The longer we wait to engage on Ebola, the more limited our options will become, says Marco Rubio.
October 15, 2014 -- Updated 1153 GMT (1953 HKT)
Democratic candidates who run from President Obama in red states where he is unpopular are making a big mistake, says Donna Brazile
October 16, 2014 -- Updated 0429 GMT (1229 HKT)
At some 7 billion people, the world can sometimes seem like a crowded place. But if the latest estimates are to be believed, then in less than a century it is going to feel even more so -- about 50% more crowded, says Evan Fraser
October 20, 2014 -- Updated 1653 GMT (0053 HKT)
Paul Callan says the Ebola situation is pointing up the need for better leadership
October 15, 2014 -- Updated 2245 GMT (0645 HKT)
Nurses are the unsung heroes of the Ebola outbreak. Yet, there are troubling signs we're failing them, says John Sutter
October 15, 2014 -- Updated 1700 GMT (0100 HKT)
Dean Obeidallah says it's a mistake to give up a business name you've invested energy in, just because of a new terrorist group
October 15, 2014 -- Updated 2301 GMT (0701 HKT)
Fear of Ebola is contagious, writes Mel Robbins; but it's time to put the disease in perspective
October 14, 2014 -- Updated 1744 GMT (0144 HKT)
Oliver Kershaw says that if Big Tobacco is given monopoly of e-cigarette products, public health will suffer.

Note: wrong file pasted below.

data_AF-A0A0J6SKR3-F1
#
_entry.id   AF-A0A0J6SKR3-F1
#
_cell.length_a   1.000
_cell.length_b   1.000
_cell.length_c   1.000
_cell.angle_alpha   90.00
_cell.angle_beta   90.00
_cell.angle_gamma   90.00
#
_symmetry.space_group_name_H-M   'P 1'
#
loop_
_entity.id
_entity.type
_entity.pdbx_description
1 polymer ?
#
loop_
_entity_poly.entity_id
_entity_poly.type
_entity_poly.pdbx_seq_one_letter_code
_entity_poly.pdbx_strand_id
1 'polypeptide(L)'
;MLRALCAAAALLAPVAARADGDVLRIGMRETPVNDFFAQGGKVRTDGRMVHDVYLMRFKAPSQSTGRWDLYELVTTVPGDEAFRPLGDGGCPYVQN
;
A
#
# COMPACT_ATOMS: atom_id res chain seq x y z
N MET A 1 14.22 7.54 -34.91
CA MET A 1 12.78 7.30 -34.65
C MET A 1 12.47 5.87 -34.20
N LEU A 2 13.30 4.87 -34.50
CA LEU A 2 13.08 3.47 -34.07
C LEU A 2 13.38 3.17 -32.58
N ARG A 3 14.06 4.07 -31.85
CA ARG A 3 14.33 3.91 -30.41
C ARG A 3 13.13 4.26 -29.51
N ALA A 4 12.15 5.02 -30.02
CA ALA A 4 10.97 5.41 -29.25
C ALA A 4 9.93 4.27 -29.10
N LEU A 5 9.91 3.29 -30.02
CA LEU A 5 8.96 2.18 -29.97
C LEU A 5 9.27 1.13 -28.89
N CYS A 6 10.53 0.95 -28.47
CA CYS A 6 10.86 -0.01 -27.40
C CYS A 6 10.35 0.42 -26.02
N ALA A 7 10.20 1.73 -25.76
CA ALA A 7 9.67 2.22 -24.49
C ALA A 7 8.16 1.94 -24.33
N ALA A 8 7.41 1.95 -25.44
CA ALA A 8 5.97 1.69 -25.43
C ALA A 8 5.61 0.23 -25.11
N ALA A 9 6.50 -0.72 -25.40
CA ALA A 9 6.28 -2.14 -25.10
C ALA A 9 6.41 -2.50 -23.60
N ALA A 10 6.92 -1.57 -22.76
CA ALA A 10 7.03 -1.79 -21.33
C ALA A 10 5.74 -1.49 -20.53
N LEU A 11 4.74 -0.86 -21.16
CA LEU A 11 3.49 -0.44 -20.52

October 18, 2014 -- Updated 1335 GMT (2135 HKT)
Stop thinking your job will make you happy.
October 15, 2014 -- Updated 0208 GMT (1008 HKT)
Ruben Navarrette says it's time to deal with another scandal involving the Secret Service — one that leads directly into the White House.
October 14, 2014 -- Updated 1125 GMT (1925 HKT)
Americans who choose to fight for militant groups or support them are young and likely to be active in jihadist social media, says Peter Bergen
October 13, 2014 -- Updated 1303 GMT (2103 HKT)
Stephanie Coontz says 11 years ago only one state allowed same sex marriage. Soon, some 60% of Americans will live where gays can marry. How did attitudes change so quickly?
October 14, 2014 -- Updated 2004 GMT (0404 HKT)
Legalizing assisted suicide seems acceptable when focusing on individuals. But such laws would put many at risk of immense harm, writes Marilyn Golden.
October 13, 2014 -- Updated 1307 GMT (2107 HKT)
Julian Zelizer says the issues are huge, but both parties are wrestling with problems that alienate voters
October 13, 2014 -- Updated 2250 GMT (0650 HKT)
Mel Robbins says the town's school chief was right to cancel the season, but that's just the beginning of what needs to be done
October 11, 2014 -- Updated 1543 GMT (2343 HKT)
He didn't discover that the world was round, David Perry writes. So what did he do?
ADVERTISEMENT